New Records, New Record Stores

Since it's agreed among my friends that the first 10 days of the new year were nothing less than feculent, I think a do-over is in order, beginning now. But first, I must backtrack a bit in order to demonstrate how I was able to push-start my own rotten 2003.

A couple of days ago, I was steadily percolating on my couch. Then I remembered something about the dinner the Showbox had put on several Saturdays previous. Most specifically, I remembered the wrist corsage my friend Kerri proudly wore that night, given to her by her escort for the evening, the frontman of a well-known local band. I called her up and we discussed the crappiness of the year thus far, and then I said, "Hey, but what about that sweet corsage?" She answered, "Can we just stop for a moment and talk about the perfectness of that corsage?" For a while, we weren't looking forward to a less crummy year; we were examining the sentimentality and optimism a few flowers wrapped up in lace offered. Outside of proms or Mother's Day, corsages are a nearly forgotten tradition that still meant something to her young friend. There we were, old biddies in our mid-to-late 30s who hadn't had a corsage on our wrists since the godforsaken '80s, gushing about a kid--in a band, no less--who was not embarrassed by gestures of respect. I thought about it again the next day, and goddammit if that little corsage didn't make me cry. I'm still trying to understand why that happened. Maybe it's because when I was that singer's age, my boyfriend was one of those cheap bastards who ignores Valentine's Day because he thinks it's "forced." Or maybe I was just tired of the year starting so disappointingly. Whatever. It's 2003 already. Let's try our best not to stink it up too badly, shall we?

* * *

Let's see... Roy, one of many bands featuring former members of Botch, is being courted by Epitaph, if the guys at have their facts straight. Portland's Swords Project has signed on with New York's (Brooklyn's, to be exact) Arena Rock Recording Company, the label that launched the first Harvey Danger record, Where Have All the Merrymakers Gone?, into the stratosphere. Cobra High is releasing some new stuff on Cold Crush Records, the label co-owned by Pretty Girls Make Graves bassist Derek Fudesco. Sonic Boom, one of the best and friendliest record stores in town, is opening another store on Capitol Hill's bustling 15th Avenue. (I'm personally overjoyed by this news, simply because it means I'll never, ever again have to go into Orpheum Records and be ridiculed and/or snorted at by the most indier-than-thou record store clerk I have ever endured. Hey, Indie-Pants: Sometimes CDs get scratched, broken, or, in my case, stepped on, and we need to replace them. Don't roll your eyes as if we're buying Incesticide for the first time because we got the Nirvana best-of collection for Christmas.) Everyday Records is going up on Broadway; when I lived in Portland, that store was a great source for used vinyl, especially when I took a couple of muscle relaxants one time and went through every single record bin in the store.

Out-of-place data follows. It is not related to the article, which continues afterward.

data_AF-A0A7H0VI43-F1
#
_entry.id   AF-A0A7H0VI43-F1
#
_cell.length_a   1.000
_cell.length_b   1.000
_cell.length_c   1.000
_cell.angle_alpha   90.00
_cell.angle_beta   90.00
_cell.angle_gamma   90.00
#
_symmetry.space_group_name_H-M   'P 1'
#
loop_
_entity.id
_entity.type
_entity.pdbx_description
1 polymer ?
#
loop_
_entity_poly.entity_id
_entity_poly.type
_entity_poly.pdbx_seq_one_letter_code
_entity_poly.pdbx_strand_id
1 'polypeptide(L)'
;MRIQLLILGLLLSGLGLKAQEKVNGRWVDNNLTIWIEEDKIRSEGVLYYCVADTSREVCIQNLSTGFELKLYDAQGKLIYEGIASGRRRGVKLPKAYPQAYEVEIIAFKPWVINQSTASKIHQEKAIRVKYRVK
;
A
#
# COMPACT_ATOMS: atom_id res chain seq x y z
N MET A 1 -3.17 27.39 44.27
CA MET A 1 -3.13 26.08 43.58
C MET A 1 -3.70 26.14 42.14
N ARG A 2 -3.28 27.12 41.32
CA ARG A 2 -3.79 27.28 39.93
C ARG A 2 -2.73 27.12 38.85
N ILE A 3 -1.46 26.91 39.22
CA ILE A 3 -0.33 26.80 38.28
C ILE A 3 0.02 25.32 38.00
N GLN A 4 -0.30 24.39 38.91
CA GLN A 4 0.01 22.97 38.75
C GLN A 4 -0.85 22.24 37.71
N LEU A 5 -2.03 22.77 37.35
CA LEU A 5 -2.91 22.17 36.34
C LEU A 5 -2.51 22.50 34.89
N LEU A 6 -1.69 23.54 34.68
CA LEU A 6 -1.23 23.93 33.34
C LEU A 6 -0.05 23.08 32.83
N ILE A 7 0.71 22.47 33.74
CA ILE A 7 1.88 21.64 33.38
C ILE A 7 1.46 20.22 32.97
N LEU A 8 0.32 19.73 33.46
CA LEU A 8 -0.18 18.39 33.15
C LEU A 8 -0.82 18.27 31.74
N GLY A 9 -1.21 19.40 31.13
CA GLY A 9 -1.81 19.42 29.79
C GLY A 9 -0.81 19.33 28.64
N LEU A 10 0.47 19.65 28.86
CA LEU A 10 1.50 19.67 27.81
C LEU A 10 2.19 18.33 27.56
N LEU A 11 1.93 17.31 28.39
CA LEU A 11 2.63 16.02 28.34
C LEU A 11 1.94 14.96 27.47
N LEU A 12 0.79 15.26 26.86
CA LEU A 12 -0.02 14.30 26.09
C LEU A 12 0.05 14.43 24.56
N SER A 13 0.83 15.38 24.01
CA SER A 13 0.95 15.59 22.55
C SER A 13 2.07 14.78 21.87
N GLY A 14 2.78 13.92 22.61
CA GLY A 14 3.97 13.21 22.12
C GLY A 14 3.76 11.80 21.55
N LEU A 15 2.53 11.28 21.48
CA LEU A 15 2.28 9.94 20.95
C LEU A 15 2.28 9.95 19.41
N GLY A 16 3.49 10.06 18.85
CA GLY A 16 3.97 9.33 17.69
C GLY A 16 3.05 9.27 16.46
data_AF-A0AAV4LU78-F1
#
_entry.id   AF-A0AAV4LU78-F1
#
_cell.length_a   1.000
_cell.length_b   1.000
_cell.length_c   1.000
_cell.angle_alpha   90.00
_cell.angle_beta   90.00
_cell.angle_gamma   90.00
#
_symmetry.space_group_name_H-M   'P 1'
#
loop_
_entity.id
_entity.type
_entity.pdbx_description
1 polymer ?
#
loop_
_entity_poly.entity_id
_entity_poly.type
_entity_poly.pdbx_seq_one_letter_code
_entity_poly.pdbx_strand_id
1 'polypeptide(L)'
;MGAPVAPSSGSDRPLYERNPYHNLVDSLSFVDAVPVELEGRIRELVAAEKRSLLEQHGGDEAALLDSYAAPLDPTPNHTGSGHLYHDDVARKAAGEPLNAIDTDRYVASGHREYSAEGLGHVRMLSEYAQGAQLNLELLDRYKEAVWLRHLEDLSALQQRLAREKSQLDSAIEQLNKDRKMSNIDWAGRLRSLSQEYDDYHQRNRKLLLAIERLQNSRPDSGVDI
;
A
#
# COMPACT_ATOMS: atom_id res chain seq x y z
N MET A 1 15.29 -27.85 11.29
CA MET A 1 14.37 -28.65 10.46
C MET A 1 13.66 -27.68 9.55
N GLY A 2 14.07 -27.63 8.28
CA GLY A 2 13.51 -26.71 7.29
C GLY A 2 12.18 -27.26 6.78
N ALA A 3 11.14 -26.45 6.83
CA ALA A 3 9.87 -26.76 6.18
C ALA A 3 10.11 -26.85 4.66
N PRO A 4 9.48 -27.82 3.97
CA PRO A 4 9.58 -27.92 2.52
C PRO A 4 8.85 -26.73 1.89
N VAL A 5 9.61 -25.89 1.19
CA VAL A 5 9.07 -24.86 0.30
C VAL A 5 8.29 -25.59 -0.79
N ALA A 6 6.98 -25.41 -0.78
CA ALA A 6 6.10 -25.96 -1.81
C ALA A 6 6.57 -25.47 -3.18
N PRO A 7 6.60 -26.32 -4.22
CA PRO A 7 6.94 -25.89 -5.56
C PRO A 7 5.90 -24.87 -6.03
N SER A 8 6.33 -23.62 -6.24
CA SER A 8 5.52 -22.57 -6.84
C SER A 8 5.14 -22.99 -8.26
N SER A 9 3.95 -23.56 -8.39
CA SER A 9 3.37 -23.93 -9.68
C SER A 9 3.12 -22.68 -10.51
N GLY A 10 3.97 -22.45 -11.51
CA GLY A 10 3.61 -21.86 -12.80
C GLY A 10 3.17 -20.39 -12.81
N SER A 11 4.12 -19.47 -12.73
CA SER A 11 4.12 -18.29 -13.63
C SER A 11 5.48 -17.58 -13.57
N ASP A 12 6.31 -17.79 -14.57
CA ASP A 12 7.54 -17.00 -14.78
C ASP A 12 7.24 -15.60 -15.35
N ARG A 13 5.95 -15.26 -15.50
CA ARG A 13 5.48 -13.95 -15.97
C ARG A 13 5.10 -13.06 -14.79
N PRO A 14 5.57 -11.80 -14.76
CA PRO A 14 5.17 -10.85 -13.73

The best news of this restarted new year is that Mia Zapata's alleged killer has been caught, thanks to the national DNA database. May her family and friends finally get justice and peace.